In singling out three “mavericks of black literature” for his new book Out There, Darryl Pinckney, who has written much on black literature in these pages, perceptively and with the animated brilliance of a passionate reader (he is also the gifted author of the novel High Cotton), has employed a working definition of “maverick” that includes the phrase “a striking eccentricity of purpose.” They are words that are as good as any and more apt than most to describe the work of the Jamaican journalist J.A. Rogers, the expatriate American memoirist Vincent O. Carter, and, perhaps to a lesser degree, the contemporary British novelist Caryl Phillips. These are, at any rate, the three writers whose literary lives inform the pages of Pinckney’s collection, and though their work and biographies are treated with Pinckney’s own eccentricity of approach (the essays were originally lectures given at Harvard and will seem, perhaps, brief for those readers seeking comprehensive details of a writer’s childhood or formative romances), they are full of great personal feeling, intellectual curiosity, and original, groundbreaking research.
J.A. Rogers was, according to Pinckney, a kind of through-the-looking-glass Kipling, documenting those spots around the world “where the white and the nonwhite are not in their ordained places.” Born in Jamaica in 1883, and emigrating as a young man to the US, Rogers became a kind of popular historian of black achievement and was thought of as the first black war correspondent (though one wonders why George Washington Williams, who was born almost thirty-five years before and by 1890 was reporting on the Belgian Congo, has not been given that title). Rogers’s purpose was black pride and moral restitution for the Negro, and in his three volumes of Sex and Race he became obsessed with compiling a kind of historical Believe It or Not of people of color, even going out on a limb and including the swarthy, brooding Beethoven—and if not Beethoven, well then Beethoven’s accompanist—to prove that race-mixing is the reality of history. Rogers desired to serve the black community, as was the wish of many subsequent literary radicals, but he worked within white-defined categories of history and culture.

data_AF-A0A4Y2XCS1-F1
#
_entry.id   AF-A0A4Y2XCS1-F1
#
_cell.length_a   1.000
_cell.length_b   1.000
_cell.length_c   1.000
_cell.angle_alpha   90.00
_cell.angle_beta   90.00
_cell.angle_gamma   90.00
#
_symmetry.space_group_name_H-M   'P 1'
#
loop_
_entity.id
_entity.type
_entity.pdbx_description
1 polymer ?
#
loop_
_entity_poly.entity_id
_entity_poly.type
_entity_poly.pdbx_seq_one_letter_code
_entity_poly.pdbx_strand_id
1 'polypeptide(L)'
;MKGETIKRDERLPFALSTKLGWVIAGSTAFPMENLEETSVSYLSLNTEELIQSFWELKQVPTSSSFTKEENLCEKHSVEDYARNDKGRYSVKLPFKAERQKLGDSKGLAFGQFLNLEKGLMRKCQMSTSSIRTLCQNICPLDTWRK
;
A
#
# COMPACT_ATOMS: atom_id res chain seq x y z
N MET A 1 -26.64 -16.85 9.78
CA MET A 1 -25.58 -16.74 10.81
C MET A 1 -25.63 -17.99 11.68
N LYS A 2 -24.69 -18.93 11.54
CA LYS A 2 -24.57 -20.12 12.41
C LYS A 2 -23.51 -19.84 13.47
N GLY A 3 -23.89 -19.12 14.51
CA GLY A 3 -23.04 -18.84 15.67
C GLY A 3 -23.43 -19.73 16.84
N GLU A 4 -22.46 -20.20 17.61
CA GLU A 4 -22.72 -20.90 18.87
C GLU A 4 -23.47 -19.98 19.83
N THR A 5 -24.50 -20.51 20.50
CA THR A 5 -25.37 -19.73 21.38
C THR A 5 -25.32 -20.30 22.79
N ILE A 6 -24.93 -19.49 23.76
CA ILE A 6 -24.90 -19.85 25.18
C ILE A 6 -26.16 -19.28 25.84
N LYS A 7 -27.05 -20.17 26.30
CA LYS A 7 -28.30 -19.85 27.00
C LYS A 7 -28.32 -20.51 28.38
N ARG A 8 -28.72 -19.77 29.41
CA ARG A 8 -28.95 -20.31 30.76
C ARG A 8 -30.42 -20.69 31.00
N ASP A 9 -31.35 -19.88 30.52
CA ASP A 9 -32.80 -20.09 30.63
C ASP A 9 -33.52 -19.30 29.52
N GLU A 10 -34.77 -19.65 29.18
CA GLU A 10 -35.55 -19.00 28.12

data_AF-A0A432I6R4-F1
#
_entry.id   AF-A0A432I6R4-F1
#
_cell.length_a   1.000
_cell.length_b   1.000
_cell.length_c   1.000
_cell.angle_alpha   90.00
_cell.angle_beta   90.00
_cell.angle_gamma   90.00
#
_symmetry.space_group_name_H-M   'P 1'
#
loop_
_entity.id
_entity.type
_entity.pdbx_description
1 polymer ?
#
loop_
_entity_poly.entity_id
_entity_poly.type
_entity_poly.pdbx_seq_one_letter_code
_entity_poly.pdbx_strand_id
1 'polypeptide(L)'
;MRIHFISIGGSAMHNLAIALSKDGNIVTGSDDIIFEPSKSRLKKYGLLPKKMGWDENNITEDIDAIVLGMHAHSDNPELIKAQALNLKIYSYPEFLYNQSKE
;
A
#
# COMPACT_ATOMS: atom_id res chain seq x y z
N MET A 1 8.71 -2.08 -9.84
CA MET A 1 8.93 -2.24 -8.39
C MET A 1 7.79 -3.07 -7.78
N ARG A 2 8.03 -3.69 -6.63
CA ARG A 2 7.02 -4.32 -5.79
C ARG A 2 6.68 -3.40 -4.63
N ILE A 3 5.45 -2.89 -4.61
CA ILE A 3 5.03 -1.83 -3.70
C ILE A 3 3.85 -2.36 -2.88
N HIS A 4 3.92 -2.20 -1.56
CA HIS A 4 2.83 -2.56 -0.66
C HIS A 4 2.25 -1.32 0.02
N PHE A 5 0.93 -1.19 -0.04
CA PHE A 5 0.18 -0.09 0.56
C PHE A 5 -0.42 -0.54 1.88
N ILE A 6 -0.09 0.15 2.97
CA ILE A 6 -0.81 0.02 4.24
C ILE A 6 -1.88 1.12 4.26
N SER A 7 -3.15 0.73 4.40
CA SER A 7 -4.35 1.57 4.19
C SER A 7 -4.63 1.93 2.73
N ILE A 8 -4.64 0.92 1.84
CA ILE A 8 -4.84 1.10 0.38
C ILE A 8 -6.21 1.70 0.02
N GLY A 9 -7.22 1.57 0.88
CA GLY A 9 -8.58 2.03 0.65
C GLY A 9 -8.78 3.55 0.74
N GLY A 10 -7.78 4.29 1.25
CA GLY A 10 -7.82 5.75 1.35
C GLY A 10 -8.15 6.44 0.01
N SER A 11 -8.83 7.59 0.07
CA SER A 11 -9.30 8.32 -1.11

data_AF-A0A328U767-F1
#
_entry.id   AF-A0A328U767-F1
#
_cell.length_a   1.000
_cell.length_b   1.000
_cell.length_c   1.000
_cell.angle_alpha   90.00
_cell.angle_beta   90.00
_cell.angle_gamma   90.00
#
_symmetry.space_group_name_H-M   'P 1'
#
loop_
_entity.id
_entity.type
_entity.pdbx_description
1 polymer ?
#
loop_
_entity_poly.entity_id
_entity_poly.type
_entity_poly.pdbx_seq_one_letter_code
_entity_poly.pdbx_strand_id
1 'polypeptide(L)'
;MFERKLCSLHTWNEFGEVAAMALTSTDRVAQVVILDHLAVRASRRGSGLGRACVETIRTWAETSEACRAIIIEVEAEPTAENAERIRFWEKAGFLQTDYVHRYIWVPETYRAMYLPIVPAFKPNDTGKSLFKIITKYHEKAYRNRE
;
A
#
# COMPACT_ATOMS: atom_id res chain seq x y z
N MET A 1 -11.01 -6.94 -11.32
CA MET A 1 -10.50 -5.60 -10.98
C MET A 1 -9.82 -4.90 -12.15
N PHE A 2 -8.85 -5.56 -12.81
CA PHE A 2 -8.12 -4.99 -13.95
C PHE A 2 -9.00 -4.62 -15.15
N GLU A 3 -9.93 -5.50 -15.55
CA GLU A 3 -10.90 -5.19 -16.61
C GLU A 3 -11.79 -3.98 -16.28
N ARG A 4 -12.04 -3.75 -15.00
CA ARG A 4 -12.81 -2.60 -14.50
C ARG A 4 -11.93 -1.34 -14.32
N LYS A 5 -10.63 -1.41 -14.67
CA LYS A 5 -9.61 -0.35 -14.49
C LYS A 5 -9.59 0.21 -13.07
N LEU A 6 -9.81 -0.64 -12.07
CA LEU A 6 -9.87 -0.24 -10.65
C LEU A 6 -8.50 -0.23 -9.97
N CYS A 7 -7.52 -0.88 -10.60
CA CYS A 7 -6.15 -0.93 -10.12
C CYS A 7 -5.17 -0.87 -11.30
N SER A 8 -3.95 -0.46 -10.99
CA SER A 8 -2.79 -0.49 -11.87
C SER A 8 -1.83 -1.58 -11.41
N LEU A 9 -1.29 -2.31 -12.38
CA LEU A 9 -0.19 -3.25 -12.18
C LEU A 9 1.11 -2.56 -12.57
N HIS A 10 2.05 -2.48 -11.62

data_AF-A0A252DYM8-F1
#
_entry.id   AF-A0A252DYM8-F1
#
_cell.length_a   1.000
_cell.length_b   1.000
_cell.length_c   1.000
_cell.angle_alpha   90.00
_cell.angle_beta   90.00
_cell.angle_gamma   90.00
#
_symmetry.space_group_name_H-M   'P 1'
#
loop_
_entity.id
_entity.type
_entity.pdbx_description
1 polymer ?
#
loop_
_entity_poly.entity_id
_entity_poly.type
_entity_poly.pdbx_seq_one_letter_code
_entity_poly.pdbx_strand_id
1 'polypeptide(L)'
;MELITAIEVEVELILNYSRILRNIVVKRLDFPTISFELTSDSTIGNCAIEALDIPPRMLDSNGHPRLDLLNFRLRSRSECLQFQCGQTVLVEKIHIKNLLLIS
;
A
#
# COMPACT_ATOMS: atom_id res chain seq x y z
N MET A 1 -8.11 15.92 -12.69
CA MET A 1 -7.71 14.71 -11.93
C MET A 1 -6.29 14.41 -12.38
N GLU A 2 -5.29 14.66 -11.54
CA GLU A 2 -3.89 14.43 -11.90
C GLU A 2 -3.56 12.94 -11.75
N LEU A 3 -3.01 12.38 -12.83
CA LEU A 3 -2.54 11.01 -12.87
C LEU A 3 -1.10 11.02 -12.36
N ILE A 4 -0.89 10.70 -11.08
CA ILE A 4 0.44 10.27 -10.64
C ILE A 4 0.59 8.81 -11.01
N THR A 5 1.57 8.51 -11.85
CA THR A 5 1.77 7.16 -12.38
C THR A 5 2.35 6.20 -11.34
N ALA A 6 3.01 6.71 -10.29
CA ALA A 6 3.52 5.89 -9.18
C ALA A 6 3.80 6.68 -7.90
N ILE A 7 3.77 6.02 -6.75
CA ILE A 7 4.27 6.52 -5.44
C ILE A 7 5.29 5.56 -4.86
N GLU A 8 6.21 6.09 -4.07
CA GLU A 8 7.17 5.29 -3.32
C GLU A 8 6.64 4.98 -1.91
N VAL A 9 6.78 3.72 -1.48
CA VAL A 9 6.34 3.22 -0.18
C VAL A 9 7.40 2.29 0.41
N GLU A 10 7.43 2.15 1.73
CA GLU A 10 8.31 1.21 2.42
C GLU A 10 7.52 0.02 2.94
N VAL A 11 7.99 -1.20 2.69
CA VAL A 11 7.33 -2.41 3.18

As Pinckney writes, “We don’t need to claim Beethoven.” Rogers was considered half-nuts by some, including his fellow countryman Claude McKay, who came to doubt very much Rogers’s stubborn accumulation of “Amazing Facts.” Rogers was especially interested in such things as Warren Harding’s reputed African-American blood (Bill Clinton may imagine he is the first African-American president, but he may be simply the first to boast of it). The part-disparaging, part-prideful parlor game of ethnic naming (the Polish genius—Conrad, Chopin; or the Jewish sex symbol—Paul Newman, Kirk Douglas) engages in any minority some group feeling of unjustified insecurity and a suspicion of cover-up in the mainstream culture. But in such a game of self-esteem, which is the project Rogers was interested in, one must walk through the room of …
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